Patchett’s essay on writing, The Getaway Car, contained some of the best advice on writing that I’ve ever read—and I have read a lot. A whole lot. “People like to ask me if writing can be taught, and I say yes. I can teach you how to write a better sentence, how to write dialogue, maybe even how to construct a plot. But I can’t teach you how to have something to say.”

In My Road to Hell Was Paved, Patchett details her journey in an RV with her on-again, off-again boyfriend. They were off-again during the journey, on which they learned “the Great RV Truths”—and they learned about love: “I feel like I went out to report on the evils of crack and have come back with a butane torch and a pipe. I went undercover to expose a cult and have returned in saffron robes with my head shaved. I have fallen in love with my recreational vehicle. And I have fallen in love with Karl…”

While on the topic of love, don’t even the happily married wonder sometimes what is the magic, the mystery, the thing that keeps it all together? Here, according to Patchett, is a useful question to ask: “Does he make you a better person?”

And reading this collection of essays might just make you a better person too, at least while you share Patchett’s lovely world.



The Goldfinch by Donna Tartt

If ever a 771-page novel could be a two-hour thriller, this is the book. Of course, it will likely take you a lot longer than two hours to read it, but it will feel like only two hours. And if ever such a thing existed as a literary thriller, this is the book.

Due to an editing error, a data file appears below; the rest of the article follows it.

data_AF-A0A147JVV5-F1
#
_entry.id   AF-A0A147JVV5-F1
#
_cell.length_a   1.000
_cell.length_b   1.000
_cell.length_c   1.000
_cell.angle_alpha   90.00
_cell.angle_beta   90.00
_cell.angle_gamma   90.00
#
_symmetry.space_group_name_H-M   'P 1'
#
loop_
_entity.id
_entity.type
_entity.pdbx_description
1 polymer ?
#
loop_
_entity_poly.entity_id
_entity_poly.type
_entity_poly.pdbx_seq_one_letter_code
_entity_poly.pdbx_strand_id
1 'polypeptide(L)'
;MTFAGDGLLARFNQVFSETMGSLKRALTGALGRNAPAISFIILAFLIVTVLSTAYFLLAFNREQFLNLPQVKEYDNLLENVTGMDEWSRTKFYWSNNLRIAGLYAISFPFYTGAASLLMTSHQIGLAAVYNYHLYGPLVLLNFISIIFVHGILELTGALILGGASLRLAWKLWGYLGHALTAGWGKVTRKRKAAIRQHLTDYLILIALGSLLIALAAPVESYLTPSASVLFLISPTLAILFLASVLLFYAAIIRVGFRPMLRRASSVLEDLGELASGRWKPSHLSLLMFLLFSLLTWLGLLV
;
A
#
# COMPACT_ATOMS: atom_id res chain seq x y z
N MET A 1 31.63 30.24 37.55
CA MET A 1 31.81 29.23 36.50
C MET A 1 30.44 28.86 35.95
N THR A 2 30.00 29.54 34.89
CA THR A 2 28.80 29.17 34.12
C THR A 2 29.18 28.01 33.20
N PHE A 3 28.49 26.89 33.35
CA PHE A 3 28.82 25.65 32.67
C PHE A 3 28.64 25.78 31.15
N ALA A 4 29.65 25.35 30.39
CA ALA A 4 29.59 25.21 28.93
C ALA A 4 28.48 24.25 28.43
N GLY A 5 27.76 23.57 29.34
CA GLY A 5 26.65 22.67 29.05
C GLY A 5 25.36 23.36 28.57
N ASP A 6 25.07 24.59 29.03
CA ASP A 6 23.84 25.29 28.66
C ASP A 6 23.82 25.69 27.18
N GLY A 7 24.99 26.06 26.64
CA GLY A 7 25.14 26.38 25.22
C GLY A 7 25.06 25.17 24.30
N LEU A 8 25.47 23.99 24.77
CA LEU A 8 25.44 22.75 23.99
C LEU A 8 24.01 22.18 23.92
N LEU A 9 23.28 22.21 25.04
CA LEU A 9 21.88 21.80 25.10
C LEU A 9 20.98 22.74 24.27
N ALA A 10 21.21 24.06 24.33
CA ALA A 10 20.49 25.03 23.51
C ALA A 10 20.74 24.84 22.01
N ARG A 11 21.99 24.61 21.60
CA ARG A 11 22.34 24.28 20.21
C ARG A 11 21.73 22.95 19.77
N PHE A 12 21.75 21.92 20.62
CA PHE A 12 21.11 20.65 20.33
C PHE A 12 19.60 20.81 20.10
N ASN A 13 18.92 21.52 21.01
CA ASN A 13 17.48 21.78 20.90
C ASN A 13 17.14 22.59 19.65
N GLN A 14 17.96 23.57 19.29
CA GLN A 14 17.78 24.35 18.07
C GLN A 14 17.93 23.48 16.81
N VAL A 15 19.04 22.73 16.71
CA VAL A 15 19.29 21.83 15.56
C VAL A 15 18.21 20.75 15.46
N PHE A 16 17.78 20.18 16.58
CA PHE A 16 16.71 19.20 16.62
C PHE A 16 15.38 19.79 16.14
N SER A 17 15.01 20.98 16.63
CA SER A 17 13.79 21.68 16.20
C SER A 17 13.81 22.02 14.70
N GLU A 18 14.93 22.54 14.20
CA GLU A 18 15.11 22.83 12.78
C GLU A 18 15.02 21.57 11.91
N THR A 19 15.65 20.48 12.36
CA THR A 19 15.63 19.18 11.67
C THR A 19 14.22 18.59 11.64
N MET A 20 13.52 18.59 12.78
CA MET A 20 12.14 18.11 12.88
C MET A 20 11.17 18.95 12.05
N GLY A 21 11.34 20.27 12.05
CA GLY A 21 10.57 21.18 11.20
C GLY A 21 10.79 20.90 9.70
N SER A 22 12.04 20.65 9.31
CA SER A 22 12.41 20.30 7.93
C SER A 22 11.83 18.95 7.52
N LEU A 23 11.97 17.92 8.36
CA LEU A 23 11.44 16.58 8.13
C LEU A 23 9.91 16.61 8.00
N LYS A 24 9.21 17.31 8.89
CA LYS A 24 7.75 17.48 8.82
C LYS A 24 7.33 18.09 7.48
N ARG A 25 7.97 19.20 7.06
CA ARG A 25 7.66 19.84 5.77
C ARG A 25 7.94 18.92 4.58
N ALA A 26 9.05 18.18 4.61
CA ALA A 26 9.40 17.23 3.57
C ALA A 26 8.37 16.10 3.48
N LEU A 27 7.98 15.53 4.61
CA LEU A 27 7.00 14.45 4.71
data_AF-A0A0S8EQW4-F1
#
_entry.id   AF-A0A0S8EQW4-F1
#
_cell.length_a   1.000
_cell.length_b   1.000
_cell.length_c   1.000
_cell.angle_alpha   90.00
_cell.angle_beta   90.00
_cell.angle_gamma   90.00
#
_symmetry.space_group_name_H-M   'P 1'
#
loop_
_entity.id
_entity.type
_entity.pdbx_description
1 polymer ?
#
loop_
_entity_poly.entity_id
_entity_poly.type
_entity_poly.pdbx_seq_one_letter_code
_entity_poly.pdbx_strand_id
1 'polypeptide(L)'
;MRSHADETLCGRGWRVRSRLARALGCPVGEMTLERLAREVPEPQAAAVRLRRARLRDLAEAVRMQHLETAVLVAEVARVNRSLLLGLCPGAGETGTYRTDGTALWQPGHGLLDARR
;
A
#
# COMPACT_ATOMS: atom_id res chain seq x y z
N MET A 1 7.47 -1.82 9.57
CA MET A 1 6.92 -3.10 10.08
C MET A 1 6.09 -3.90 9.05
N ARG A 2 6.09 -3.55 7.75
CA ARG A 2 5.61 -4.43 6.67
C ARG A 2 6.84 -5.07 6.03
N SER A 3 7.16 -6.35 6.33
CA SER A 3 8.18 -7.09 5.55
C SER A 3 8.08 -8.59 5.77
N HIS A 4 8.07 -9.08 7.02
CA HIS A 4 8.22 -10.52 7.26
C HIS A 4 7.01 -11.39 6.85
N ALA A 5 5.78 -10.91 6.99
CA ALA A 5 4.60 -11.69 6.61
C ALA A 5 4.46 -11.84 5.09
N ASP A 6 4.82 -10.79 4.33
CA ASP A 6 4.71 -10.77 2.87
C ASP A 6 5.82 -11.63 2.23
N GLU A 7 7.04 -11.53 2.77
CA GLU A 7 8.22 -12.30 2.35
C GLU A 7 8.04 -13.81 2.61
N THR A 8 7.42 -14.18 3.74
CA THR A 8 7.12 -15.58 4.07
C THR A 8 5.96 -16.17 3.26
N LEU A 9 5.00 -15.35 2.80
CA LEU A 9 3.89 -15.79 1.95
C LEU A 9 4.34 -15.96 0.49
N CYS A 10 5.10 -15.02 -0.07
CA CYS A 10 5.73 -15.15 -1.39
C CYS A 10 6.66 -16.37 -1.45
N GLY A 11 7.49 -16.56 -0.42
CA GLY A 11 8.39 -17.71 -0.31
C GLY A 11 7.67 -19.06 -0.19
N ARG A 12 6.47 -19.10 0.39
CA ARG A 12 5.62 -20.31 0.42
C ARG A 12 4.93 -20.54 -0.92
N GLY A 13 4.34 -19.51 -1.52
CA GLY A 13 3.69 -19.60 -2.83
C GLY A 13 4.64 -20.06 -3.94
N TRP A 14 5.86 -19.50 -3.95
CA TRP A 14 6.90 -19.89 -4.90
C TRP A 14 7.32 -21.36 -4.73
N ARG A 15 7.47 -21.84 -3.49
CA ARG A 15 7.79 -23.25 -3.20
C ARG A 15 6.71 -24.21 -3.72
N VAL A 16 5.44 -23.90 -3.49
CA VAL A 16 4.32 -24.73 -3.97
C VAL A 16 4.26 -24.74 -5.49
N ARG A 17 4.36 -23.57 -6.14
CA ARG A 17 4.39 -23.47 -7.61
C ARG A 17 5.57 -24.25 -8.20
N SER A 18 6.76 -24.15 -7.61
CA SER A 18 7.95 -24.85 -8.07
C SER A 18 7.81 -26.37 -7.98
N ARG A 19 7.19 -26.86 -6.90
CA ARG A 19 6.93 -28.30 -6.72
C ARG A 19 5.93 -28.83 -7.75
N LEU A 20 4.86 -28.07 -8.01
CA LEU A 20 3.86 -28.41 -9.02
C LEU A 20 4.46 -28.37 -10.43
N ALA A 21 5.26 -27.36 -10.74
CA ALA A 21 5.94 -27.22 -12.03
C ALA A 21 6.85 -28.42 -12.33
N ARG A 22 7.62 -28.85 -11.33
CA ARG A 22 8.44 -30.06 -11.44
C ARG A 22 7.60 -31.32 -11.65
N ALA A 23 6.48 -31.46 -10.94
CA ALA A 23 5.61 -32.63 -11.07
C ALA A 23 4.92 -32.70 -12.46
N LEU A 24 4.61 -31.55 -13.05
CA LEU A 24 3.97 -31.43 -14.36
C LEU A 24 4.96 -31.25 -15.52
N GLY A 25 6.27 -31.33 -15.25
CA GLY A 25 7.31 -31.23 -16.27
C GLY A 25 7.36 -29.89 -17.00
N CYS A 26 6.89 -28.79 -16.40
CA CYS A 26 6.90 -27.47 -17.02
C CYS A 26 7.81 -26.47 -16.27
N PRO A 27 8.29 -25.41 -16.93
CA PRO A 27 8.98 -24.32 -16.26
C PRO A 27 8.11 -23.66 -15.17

The Goldfinch has it all: From high society Manhattan to tawdry Vegas, from the elite art world to dirty drug dens, from lost children to the kind people who save them, this book promises to entertain, with some beautiful, ugly, and wise meditations on life, love, and art.

When several bombs explode inside a New York art museum, killing 13-year-old Theo Decker’s mother, he survives, but he survives in a world in which he is very much alone–and in possession of one of history’s greatest and rarest paintings by a Dutch master. Tartt goes on to create a hard, miraculous, mysterious, and dangerous life for Theo, told with the same specific detail, extraordinary shades of light and dark, and grand scope that the Dutch masters created on canvas.

If there are only variations on two primary stories in the world—that a stranger comes to town or a man goes on a journey—this novel sets Theo off on both. He engages with obstacle after obstacle along the way. He experiences privilege and poverty, comfort and deprivation. Told in the first person, the reader experiences each as Theo does. The world is fascinating and exotic, but completely recognizable. Tartt makes the reader’s heart beat as Theo faces danger and makes idiotic decisions. In addition to working as a great technical feat to put the reader in Theo’s shoes, great purpose of ideas also exist in the book’s narration.